The club was just by name, a loosely gathered collection of bikers but we had several enthusiastic people; Geoff Fulford, Geoff Rogers, Pete the Snuff, Steve Porter, Bob Hughes, Mac the Black, Pete Birkitt, Jimmy Fisher, Les Richardson, Gary Williams, John Boswell, John "Jabe" Barlow and several others.

We set the date the tail end of May. We tried to find a venue and all we got was knocked back time and time again. The pub is the key, you have to find a landlord that will let you fill his pub with a drunken rabble for 5 hours of solid manic drinking, bawdy singing and not bat an eyelid. We even went as far a field as the Blue Lias at Long Itchington. In the end Geoff Rogers found a quiet pub in Womborne, The Mount Pleasant, that was doing very little trade and talked the elderly landlord into holding the event. Geoff Fulford organised the badges or at least the manufacture of the die.

We now needed a field and a control tent. We asked person A, who owned a large ex-army tent, if we could use it for the weekend - a firm "NO" was the answer. We then found a field by the side of the canal in Womborne with a derelict house nearby. Problem solved. We asked around and could not find the owner of the field so we decided to press ahead.

Two days before the rally the landlord had second thoughts and was going to back out but my mother got on to the brewery and asked them if they could really afford to lose the trade. In the end a little pressure from the brewery meant that the event was on and extra beer was delivered.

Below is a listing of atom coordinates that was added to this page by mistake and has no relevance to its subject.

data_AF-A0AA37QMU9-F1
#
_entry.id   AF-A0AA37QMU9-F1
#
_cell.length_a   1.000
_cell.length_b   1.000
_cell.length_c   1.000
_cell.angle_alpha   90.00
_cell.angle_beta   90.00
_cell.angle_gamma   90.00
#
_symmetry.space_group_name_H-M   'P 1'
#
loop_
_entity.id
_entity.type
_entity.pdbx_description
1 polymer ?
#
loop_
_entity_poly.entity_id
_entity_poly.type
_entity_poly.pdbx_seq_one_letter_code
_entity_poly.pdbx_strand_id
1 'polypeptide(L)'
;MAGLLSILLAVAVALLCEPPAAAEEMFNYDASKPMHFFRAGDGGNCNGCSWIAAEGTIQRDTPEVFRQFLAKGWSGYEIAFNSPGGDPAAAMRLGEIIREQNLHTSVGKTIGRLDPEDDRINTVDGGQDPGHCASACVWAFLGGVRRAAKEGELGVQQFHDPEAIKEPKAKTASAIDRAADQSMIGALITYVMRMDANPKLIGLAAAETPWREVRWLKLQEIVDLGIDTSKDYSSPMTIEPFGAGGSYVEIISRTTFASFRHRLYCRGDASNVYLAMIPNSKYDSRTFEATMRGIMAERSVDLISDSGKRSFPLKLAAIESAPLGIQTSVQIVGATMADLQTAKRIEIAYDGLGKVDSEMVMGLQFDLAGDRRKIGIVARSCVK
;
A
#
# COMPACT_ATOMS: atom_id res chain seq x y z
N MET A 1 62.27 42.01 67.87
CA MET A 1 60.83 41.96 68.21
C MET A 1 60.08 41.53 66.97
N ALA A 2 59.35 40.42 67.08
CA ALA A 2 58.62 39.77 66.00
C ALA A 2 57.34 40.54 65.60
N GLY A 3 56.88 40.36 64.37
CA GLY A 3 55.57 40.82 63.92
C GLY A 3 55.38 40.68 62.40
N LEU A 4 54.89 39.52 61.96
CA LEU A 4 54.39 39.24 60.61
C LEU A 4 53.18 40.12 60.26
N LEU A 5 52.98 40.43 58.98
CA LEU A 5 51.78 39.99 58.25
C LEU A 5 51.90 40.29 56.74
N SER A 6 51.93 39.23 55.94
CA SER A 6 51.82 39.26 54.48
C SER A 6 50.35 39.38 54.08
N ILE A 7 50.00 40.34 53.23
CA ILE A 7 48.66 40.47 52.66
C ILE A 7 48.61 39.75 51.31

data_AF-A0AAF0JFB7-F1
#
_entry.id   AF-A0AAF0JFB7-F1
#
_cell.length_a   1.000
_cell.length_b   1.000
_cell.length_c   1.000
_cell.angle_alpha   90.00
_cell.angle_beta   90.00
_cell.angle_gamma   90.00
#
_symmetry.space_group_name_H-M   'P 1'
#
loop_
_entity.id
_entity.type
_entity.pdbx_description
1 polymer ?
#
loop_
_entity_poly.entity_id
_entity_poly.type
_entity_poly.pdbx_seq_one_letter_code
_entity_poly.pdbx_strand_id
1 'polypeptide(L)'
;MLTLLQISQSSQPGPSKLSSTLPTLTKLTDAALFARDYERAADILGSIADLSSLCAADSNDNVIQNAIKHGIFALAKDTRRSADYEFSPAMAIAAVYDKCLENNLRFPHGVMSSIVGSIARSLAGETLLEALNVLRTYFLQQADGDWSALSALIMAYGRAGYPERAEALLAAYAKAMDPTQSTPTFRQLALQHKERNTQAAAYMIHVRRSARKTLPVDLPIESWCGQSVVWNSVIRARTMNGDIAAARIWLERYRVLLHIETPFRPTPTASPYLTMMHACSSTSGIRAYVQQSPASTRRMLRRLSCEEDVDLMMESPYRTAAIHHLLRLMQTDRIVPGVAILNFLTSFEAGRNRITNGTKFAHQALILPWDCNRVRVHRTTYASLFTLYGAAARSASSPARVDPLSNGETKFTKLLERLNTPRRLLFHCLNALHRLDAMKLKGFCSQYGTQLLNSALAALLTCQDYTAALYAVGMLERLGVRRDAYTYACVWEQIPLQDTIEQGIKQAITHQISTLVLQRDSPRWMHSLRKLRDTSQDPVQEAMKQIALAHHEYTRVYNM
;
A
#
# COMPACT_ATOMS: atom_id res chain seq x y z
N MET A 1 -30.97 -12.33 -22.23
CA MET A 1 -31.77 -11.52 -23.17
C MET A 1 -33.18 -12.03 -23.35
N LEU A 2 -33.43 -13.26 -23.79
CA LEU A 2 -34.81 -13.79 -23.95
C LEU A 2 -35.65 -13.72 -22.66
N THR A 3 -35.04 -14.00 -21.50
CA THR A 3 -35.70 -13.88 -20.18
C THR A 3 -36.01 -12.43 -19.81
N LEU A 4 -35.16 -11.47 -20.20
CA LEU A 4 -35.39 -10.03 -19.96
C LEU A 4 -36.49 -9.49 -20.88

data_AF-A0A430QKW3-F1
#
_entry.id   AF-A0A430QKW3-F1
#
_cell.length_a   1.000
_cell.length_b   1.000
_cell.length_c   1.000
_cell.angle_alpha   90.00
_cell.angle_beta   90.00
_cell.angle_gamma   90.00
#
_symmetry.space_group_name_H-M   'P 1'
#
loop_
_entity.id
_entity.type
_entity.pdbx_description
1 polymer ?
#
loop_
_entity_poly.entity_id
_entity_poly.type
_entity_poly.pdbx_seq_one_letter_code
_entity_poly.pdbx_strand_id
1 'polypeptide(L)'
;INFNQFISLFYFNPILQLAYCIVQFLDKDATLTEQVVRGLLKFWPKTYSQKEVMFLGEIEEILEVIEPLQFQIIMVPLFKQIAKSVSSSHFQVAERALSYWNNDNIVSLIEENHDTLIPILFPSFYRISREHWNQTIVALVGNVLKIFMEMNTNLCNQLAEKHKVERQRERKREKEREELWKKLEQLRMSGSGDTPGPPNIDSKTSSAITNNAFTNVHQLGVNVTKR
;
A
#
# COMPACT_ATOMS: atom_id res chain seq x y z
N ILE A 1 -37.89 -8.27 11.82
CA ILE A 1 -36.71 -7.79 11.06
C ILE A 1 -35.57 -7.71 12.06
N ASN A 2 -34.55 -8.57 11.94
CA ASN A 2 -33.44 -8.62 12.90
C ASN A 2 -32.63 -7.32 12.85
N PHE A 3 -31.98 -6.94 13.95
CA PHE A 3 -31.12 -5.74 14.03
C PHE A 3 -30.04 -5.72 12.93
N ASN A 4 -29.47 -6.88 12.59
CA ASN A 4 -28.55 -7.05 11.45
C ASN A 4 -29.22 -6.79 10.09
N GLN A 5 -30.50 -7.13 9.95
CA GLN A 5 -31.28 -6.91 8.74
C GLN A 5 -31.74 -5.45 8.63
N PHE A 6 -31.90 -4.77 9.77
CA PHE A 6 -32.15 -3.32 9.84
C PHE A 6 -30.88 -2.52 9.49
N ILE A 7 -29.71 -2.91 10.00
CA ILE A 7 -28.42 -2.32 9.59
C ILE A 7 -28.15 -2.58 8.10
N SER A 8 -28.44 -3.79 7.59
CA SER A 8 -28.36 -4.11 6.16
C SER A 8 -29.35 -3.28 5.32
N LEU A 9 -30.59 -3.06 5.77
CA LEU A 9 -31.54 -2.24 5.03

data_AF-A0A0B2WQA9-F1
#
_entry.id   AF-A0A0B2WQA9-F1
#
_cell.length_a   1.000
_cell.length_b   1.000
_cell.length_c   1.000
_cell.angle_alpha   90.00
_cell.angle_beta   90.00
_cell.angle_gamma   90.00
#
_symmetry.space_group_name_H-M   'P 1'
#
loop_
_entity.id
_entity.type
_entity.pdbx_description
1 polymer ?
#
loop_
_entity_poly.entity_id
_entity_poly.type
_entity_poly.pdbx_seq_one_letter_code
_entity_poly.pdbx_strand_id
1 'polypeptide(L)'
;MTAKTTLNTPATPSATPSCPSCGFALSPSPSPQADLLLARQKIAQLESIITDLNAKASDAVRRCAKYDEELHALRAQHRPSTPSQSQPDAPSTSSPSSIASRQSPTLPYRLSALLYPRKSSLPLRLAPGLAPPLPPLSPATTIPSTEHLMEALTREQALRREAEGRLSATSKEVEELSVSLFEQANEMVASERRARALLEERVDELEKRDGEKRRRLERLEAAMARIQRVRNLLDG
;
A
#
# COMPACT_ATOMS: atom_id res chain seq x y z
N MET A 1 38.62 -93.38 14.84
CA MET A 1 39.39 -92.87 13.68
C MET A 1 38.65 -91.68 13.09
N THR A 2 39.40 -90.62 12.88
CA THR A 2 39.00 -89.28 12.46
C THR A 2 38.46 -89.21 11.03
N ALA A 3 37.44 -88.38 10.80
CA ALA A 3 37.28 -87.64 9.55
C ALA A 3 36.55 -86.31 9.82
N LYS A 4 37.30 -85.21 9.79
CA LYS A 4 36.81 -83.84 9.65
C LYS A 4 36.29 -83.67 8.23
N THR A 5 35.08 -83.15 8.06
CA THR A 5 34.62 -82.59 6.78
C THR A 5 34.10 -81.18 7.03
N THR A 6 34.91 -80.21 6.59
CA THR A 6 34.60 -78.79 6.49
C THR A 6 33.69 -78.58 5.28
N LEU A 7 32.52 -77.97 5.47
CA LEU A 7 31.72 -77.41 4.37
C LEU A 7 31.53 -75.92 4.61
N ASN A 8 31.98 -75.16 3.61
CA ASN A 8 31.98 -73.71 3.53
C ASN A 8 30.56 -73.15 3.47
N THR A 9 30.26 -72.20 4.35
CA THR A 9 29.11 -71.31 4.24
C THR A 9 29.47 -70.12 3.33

The day of the rally came and people started to turn up from about midday. Sign posts had been put up from the A449 directing rallyists down a small track to the field. The control had been set up in the abandoned house. About 18.00 the owner of the field turned up along with the local police and complained about us using his field and flattening the grass he wanted for hay. Jimmy Fisher said that there was no problem about that, it only needed a harrow putting over it. I explained that we had nowhere else to go to and that people from all over the country were already on their way and it was too late to stop the event. But the card in the hole was Geoff Rogers. He knew the local policeman as Geoff used to drink in the social club in Womborne police station, and the copper talked the landowner around for us.